The Olympics have fallen. So have the Euros, Masters and Wimbledon.

All of these competitions represent the summits of their respective sports, but all of them have been sacrificed for the greater good amid the coronavirus pandemic.

So why is Khabib Nurmagomedov versus Tony Ferguson still on the agenda?

Sharing the full story, not just the headlines

The UFC lightweight title fight, which was originally set for 18 April at UFC 249 in Las Vegas, undoubtedly marks the pinnacle of MMA. The devastating, undefeated Dagestani Nurmagomedov (28-0) has been scheduled to share the Octagon with the versatile and eccentric Ferguson (25-3) on five occasions now, with the previous four all proving desperately ill-fated.

Last minute comical injuries and failed weight cuts have always ended up thwarting the contest, so no, it cannot be allowed to collapse for a fifth time. Not a bout this big, this significant, this tantalising. Not even due to a global pandemic that has claimed thousands of lives?

Apparently not.

UFC president Dana White has been adamant that he will find a way to make this fight go ahead. He has even acknowledged memes about his determination.

It emerged this week that defending champion Nurmagomedov is stuck in Russia, with travel in and out of the country forbidden. “I understand everything and I’m definitely upset more than you to cancel the fight – probably like all other I had many plans after the fight, but I can’t control it all,” Nurmagomedov said on Instagram.

“The greatest countries and the largest companies of our time are shocked by what is happening, every day the situation changes unpredictably. But Khabib still has to fight, is that what you saying? Take care of yourself and put yourself in my shoes.”

Meanwhile, Ferguson, who has reportedly been tentatively offered alternative opponents, has called for Nurmagomedov to be stripped of his title if he does not compete.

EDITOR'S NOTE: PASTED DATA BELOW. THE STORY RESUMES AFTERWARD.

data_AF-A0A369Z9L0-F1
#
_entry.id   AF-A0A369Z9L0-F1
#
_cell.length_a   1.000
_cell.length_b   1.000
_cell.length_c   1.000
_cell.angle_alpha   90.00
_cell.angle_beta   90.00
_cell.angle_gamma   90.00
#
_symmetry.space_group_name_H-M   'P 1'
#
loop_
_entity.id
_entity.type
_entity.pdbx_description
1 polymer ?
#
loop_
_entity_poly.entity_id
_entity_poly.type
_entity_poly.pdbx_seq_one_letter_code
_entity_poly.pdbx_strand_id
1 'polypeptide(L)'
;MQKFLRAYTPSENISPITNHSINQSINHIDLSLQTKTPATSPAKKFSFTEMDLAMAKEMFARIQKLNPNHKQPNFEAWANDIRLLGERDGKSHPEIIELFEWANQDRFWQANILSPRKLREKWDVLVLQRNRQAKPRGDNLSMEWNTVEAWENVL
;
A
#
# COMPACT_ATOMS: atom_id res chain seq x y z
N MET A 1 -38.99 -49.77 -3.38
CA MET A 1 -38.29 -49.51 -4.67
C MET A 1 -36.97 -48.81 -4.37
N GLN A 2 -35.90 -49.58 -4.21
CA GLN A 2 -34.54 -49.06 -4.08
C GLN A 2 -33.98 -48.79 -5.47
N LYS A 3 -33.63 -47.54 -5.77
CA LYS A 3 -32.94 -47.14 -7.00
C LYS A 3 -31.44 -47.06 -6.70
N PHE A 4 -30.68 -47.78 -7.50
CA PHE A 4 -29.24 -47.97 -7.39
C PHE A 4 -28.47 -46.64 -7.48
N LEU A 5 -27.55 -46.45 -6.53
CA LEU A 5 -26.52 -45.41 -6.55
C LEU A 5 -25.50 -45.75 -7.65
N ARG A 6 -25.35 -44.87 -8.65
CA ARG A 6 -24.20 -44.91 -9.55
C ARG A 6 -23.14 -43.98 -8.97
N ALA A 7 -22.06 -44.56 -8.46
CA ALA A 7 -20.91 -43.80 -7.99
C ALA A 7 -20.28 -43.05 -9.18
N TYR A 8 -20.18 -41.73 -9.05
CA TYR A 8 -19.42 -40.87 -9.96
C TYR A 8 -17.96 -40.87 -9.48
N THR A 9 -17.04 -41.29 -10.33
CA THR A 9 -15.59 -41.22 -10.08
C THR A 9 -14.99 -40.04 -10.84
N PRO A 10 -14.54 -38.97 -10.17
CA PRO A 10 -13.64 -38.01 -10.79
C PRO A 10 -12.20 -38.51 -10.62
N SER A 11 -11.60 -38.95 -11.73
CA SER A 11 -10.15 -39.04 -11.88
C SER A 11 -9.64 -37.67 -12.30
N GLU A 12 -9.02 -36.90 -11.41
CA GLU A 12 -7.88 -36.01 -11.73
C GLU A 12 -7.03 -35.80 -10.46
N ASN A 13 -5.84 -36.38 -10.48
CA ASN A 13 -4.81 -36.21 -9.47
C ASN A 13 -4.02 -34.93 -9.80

Yet White is bullish; it’s as though a fierce wind is coming, and he has turned indignantly to face it, hand on zipper. He insists he can figure something out to deliver the originally planned main event. The question of how is secondary only to the question of why.

Yes, this is the most-anticipated fight in the short history of MMA and Ferguson seemingly has the best shot of anyone at finally catching ‘The Eagle’ mid-flight. And yes, the prospect of losing it once again is cruel. But fans have waited five years for this clash, so a few more months are surely bearable so that it can be experienced in all its splendour, with fans in attendance and Joe Rogan to incredulously call the action between two fit and focused fighters.

Alternative fights between Ferguson and Jorge Masvidal or Justin Gaethje or Dustin Poirier are all tempting, but they can wait, too.

Absence makes the heart grow fonder, and although the population’s love of sport was already apparent, it is clear now more than ever that the escapism sport provides is incredibly valuable. However, that alone is not justification to host an event. Even coupled with the significance of the event in question. If that were the case, the Olympics would be going ahead this year – so would the Euros, Masters and Wimbledon.

Of the greatest gatherings across different sports, Wrestlemania is the only comparable one to remain, but even that is proceeding as a pre-recorded, two-night broadcast with a hollow roster and absent crowd.

The reasoning: to put smiles on faces, as per Triple H.

While that act of good will can no doubt be trusted implicitly, the ‘Grandaddy of them All’ has been reduced to a Frankenstein-like farce by the pandemic, so why is it not being chased out of town by pitchfork-wielding fans?

The Olympics, Euros and Wimbledon were set for this summer, but a decision has been made months ahead of time to delay them all. The notice period on the Masters was shorter, so seemingly guaranteed a postponement, though you would be forgiven for forgetting that feeling in light of UFC’s conviction in continuing with UFC 249 – or at least its main attraction.

And as attractive as this ostensibly cursed bout is – just like anything you want but can’t have – the longing for it at such a time as this, as well as the acceptance of White’s efforts to save Nurmagomedov vs Ferguson, only serves to augment the misconception of MMA fans as bloodthirsty.

Right now, MMA fans should be pining for a period of placidity, not pugilism.

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